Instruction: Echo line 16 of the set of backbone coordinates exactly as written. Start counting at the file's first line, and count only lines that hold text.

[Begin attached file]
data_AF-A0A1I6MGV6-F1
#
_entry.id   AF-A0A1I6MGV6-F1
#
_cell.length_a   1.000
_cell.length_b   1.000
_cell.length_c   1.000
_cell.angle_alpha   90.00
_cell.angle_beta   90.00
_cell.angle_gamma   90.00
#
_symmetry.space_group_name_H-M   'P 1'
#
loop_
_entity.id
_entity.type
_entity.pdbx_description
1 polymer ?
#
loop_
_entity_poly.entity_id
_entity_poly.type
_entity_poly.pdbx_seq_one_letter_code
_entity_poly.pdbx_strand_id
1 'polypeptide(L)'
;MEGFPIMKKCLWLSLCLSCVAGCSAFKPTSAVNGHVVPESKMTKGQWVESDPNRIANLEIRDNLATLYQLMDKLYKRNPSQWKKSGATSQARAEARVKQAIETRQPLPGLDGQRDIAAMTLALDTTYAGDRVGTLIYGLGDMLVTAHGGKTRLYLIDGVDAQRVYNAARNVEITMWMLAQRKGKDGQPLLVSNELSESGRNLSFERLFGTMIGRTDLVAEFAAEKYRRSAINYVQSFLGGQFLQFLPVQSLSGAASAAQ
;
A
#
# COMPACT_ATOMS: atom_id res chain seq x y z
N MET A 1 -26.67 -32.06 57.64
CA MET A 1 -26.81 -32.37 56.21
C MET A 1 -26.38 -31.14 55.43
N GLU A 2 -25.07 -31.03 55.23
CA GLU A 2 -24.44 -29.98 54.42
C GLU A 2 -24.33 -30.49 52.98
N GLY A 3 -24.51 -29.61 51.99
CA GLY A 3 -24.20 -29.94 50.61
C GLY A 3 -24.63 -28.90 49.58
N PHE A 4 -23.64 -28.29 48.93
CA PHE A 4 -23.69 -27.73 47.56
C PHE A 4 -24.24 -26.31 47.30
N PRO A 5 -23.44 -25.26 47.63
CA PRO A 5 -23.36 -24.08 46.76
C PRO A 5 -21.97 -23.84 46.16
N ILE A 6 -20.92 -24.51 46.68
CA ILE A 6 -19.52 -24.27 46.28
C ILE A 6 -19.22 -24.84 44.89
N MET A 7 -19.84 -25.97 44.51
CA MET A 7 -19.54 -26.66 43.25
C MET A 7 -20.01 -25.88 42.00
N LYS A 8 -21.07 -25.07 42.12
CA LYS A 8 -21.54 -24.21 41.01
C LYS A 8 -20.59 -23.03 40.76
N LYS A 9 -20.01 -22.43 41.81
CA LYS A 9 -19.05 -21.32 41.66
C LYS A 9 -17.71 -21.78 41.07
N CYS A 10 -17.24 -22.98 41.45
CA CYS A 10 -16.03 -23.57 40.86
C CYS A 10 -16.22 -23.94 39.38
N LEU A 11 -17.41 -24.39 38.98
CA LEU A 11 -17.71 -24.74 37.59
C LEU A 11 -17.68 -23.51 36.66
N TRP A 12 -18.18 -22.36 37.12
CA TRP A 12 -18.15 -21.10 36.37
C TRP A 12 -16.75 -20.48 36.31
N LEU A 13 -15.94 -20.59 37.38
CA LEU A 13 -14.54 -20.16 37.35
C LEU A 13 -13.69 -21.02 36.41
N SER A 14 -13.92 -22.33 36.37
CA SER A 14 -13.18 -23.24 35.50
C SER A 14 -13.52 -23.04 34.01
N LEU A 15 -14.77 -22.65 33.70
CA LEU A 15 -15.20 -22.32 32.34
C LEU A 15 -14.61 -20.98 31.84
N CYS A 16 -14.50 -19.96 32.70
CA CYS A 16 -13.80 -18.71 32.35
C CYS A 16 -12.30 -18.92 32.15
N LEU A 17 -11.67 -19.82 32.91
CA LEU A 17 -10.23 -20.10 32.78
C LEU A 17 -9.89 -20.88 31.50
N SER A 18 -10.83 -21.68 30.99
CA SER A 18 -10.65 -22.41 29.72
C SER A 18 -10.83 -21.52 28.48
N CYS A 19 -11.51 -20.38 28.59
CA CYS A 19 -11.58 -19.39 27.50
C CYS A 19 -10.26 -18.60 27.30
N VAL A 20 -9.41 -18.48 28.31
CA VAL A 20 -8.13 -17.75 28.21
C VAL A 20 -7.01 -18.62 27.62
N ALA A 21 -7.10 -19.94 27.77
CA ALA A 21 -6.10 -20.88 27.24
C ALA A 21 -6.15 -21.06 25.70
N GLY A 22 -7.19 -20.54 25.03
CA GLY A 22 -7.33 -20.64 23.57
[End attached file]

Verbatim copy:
_entity.type